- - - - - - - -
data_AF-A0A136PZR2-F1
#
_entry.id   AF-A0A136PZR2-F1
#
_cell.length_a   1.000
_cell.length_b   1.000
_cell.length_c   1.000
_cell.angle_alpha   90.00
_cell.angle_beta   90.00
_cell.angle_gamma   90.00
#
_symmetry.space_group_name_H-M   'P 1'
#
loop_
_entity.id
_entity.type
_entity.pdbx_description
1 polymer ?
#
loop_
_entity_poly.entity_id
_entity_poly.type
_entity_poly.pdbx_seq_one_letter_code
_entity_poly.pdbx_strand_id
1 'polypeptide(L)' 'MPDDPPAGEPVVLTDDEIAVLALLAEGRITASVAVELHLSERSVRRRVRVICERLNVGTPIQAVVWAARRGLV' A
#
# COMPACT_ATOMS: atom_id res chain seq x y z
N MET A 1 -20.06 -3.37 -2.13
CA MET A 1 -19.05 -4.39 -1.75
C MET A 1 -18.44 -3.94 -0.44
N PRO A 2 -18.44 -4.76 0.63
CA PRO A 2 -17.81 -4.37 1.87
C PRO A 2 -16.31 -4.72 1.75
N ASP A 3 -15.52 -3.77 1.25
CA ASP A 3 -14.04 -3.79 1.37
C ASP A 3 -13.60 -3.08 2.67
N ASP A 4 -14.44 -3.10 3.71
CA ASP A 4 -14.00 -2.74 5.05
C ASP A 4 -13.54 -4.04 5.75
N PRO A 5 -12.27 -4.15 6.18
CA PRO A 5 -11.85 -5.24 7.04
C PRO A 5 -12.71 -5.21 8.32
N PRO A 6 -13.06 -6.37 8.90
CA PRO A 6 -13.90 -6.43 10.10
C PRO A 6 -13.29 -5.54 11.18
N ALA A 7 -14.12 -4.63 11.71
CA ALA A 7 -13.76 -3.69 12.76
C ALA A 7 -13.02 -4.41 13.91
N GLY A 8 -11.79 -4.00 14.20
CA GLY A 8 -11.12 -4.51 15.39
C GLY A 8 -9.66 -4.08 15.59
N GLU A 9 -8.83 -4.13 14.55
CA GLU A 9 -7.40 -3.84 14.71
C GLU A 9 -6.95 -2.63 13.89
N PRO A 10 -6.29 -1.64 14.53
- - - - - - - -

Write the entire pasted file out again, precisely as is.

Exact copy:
data_AF-A0A136PZR2-F1
#
_entry.id   AF-A0A136PZR2-F1
#
_cell.length_a   1.000
_cell.length_b   1.000
_cell.length_c   1.000
_cell.angle_alpha   90.00
_cell.angle_beta   90.00
_cell.angle_gamma   90.00
#
_symmetry.space_group_name_H-M   'P 1'
#
loop_
_entity.id
_entity.type
_entity.pdbx_description
1 polymer ?
#
loop_
_entity_poly.entity_id
_entity_poly.type
_entity_poly.pdbx_seq_one_letter_code
_entity_poly.pdbx_strand_id
1 'polypeptide(L)' 'MPDDPPAGEPVVLTDDEIAVLALLAEGRITASVAVELHLSERSVRRRVRVICERLNVGTPIQAVVWAARRGLV' A
#
# COMPACT_ATOMS: atom_id res chain seq x y z
N MET A 1 -20.06 -3.37 -2.13
CA MET A 1 -19.05 -4.39 -1.75
C MET A 1 -18.44 -3.94 -0.44
N PRO A 2 -18.44 -4.76 0.63
CA PRO A 2 -17.81 -4.37 1.87
C PRO A 2 -16.31 -4.72 1.75
N ASP A 3 -15.52 -3.77 1.25
CA ASP A 3 -14.04 -3.79 1.37
C ASP A 3 -13.60 -3.08 2.67
N ASP A 4 -14.44 -3.10 3.71
CA ASP A 4 -14.00 -2.74 5.05
C ASP A 4 -13.54 -4.04 5.75
N PRO A 5 -12.27 -4.15 6.18
CA PRO A 5 -11.85 -5.24 7.04
C PRO A 5 -12.71 -5.21 8.32
N PRO A 6 -13.06 -6.37 8.90
CA PRO A 6 -13.90 -6.43 10.10
C PRO A 6 -13.29 -5.54 11.18
N ALA A 7 -14.12 -4.63 11.71
CA ALA A 7 -13.76 -3.69 12.76
C ALA A 7 -13.02 -4.41 13.91
N GLY A 8 -11.79 -4.00 14.20
CA GLY A 8 -11.12 -4.51 15.39
C GLY A 8 -9.66 -4.08 15.59
N GLU A 9 -8.83 -4.13 14.55
CA GLU A 9 -7.40 -3.84 14.71
C GLU A 9 -6.95 -2.63 13.89
N PRO A 10 -6.29 -1.64 14.53